Chief Johnson Totem Pole

The Chief Johnson Totem Pole is near the entrance to Creek Street. It was first raised in 1901 to honor Chief George Johnson of the Gaanaxadi clan of the Tongass Tribe. This totem pole was recently restored and it is one of the most photographed totem poles in the world.

Saxman Native Village

In addition to the totem parks mentioned above, Saxman Native Village is another place to visit to learn about the native people of southern Alaska and to also view totem poles.

This educational attraction is located in Saxman, about ten minutes south of Ketchikan. Here, guides will tell you about the history of and life in the Saxman tribe while you view more than twenty beautiful totem poles.

5. Misty Fjords National Monument

A great gem of the wilderness outside of Ketchikan is Misty Fjords National Monument. To visit this remote location, you’ll need to take a boat tour or a floatplane; when choosing excursions, you’ll find that excursions of both kinds are offered by most cruise lines.

Misty Fjords National Monument
Misty Fjords National Monument

All told, this wild area covers 2.2 million acres; it was proclaimed a national monument by President Jimmy Carter in 1978.

Trips to Misty Fjords include wildlife viewing, photography, and fishing. Experienced guides will explain the ecology of the area and you’ll witness breathtaking views on your journey.

6. Tongass National Forest

Misty Fjords National Monument is just on part of a much larger natural area: the Tongass National Forest. This forest is the nation’s largest national forest land; it covers nearly seventeen million acres – almost all of southern Alaska. Ketchkian is located within this national forest, as is Juneau and a number of other Alaskan cities and towns. 

The vast majority of this land is temperate rain forest and it is home to a vast number of plants and animals, some of which are endemic to the area.

It features mountains, glaciers, fjords, islands, rivers, creeks, and more, and over one million people visit it for exploration, hiking, recreation and research each year.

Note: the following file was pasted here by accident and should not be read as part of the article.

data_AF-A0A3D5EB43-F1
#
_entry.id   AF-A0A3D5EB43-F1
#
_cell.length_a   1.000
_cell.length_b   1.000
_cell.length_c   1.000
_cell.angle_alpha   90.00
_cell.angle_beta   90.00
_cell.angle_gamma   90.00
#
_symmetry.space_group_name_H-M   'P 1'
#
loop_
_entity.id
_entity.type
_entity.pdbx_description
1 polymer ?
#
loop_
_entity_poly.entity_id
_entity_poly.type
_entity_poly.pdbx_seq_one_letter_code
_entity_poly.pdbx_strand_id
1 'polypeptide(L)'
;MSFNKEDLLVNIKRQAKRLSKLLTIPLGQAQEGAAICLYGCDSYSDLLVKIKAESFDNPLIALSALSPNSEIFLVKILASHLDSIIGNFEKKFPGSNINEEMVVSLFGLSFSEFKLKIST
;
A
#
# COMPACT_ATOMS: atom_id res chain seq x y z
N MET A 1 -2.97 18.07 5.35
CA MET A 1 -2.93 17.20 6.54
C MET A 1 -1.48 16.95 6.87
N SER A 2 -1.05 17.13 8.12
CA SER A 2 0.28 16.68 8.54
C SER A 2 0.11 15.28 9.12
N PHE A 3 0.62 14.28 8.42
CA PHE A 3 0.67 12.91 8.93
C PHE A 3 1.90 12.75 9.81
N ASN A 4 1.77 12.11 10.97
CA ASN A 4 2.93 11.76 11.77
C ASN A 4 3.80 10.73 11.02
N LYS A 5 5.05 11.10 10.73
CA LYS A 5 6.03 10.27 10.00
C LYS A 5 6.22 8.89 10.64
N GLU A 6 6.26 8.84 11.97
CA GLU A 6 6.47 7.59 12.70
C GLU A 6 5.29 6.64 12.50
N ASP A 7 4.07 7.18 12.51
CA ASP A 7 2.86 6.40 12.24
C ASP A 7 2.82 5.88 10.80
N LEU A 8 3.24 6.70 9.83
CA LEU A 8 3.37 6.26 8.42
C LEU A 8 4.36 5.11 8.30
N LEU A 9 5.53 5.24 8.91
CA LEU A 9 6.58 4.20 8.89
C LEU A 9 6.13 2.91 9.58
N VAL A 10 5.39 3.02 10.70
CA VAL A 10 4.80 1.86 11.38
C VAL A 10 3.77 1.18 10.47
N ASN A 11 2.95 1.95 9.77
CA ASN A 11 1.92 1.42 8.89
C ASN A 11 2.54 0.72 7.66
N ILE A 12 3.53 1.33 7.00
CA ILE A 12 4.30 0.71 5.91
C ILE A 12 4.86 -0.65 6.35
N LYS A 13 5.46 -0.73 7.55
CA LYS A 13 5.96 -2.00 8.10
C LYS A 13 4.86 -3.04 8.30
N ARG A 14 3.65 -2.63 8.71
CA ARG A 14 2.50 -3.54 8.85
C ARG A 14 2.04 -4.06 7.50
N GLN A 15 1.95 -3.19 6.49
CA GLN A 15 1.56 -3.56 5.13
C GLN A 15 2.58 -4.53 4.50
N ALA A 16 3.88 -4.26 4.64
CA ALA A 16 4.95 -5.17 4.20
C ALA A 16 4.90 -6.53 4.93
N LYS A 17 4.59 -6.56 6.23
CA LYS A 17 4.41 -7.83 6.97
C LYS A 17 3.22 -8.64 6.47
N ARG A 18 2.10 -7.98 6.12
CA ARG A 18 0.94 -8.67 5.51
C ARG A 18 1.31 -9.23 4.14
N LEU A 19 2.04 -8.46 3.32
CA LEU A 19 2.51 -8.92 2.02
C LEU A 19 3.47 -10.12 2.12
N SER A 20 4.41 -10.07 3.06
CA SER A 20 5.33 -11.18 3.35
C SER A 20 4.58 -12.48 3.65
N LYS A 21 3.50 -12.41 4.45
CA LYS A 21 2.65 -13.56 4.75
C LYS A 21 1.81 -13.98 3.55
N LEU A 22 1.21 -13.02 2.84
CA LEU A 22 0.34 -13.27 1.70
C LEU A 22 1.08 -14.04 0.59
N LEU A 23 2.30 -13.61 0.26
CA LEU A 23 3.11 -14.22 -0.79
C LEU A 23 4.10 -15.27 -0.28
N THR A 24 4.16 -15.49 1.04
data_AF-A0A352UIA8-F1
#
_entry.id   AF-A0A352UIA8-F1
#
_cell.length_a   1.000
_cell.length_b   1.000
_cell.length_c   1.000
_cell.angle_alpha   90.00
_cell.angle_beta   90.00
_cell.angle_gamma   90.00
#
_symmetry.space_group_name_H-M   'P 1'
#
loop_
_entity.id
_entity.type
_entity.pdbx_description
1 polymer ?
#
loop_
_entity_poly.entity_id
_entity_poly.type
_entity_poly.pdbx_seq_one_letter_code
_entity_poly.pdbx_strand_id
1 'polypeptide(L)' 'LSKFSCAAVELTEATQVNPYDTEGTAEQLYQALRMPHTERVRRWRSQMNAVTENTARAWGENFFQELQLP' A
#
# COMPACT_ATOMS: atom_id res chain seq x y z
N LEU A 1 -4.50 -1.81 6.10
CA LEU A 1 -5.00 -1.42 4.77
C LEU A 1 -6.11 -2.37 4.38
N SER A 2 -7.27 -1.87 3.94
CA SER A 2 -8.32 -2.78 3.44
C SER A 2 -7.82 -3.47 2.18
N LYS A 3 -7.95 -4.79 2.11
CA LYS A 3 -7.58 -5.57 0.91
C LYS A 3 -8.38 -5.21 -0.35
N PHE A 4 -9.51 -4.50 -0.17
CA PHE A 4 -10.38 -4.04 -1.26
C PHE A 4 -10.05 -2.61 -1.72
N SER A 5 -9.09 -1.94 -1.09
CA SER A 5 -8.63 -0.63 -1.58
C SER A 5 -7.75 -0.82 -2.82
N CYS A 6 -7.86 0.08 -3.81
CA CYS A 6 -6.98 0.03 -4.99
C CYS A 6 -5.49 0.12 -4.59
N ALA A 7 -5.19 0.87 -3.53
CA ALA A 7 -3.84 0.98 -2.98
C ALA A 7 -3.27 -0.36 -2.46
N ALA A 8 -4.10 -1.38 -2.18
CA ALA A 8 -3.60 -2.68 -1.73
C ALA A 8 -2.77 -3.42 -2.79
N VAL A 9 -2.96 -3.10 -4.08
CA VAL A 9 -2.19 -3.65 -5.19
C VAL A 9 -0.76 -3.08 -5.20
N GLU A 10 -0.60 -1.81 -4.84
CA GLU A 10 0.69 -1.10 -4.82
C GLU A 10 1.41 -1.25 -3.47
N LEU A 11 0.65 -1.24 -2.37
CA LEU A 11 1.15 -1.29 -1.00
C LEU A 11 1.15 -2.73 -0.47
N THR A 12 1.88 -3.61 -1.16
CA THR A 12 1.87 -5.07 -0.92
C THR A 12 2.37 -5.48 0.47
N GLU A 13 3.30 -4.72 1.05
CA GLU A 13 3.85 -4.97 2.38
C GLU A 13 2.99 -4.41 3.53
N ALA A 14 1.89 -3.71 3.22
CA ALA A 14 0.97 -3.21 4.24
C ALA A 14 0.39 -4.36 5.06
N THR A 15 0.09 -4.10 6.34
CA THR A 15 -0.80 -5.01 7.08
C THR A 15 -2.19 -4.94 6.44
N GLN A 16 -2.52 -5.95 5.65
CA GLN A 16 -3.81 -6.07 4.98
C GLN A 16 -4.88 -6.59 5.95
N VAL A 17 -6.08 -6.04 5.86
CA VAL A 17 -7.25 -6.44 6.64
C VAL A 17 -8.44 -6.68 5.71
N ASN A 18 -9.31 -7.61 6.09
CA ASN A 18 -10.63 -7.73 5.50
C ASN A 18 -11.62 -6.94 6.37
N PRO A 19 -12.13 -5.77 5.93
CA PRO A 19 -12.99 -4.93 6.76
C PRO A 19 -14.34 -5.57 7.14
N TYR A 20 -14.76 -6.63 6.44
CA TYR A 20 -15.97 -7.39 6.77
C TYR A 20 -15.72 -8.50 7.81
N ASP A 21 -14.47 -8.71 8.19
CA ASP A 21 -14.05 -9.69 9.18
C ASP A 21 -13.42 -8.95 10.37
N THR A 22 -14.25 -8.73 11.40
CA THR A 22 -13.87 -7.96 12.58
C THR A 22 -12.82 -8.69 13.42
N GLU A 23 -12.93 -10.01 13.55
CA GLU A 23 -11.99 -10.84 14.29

Because it’s so easy to access from Ketchkian and other Alaskan destinations, it’s a great place to explore for anyone who wants to experience Alaska in its purest form.

7. Alaska Rainforest Sanctuary

The Alaska Rainforest Sanctuary is about fifteen minutes south of Ketchikan and is also located in the Tongass National Forest. It opened in 2003 and offers a lovely combination of attractions that are typical to the area.

First, the coastal drive to this attraction from the ship offers spectacular views. Once you arrive, a guide will lead you on a short hike through dense rainforest where you may encounter bald eagles and black bears (from a safe distance of course!).

You’ll also have the opportunity to explore the estuary and will learn about the unique ecosystem where salt and freshwater meet.  

When you return to the visitor center, you can visit a historic sawmill, view native-carved totem poles, and view the Alaska Raptor Center’s birds of prey exhibit.

You’ll learn much about all things Alaska at the Alaska Rainforest Sanctuary, and the whole family will leave with new knowledge and great memories. 

8. Southeast Alaska Discovery Center

The Southest Alaska Discovery Center is just a block away from the cruise ship port, so it’s a popular place to visit for anyone who wants to learn more about this region. Exhibits offer information about the natural history, wildlife, people, and culture of this unique part of the world.

Helpful staff are eager to answer any questions you may have about anything Alaska. An informative film plays on a loop and the center’s comfortable theater is a great place to rest for a bit before continuing on.

9. Dolly’s House Museum

One building on Creek Street that catches the eye of many is Dolly’s House Museum. Although the majority of structures on this historic street have been turned into tamer and wholly legal places of business, Dolly’s House serves to educate visitors about the half-century of brothels that existed here during the first half of the twentieth century.

Dolly's House Museum, Ketchikan
Dolly’s House Museum (Photo Credit: illuminaphoto / Shutterstock.com)

This attraction will give you a look into the darker side of Ketchikan’s history while recognizing and remembering some of the women who worked in this taboo field long ago.

10. Hiking & Walking

The Tongass National Forest offers so many opportunities for hiking and walking and there are several trails that are especially popular with cruise travelers. 

The Deer Mountain Trail is only about a mile from the cruise ship docks but you might want to take a cab to the trailhead. There is a great elevation rise before you even begin.

Deer Mountain Trail
Deer Mountain Trail

Once you get to the trail itself, you’ll see incredible views of the land and water below. You may encounter mountain goats and you’ll likely be able to view salmon in the river.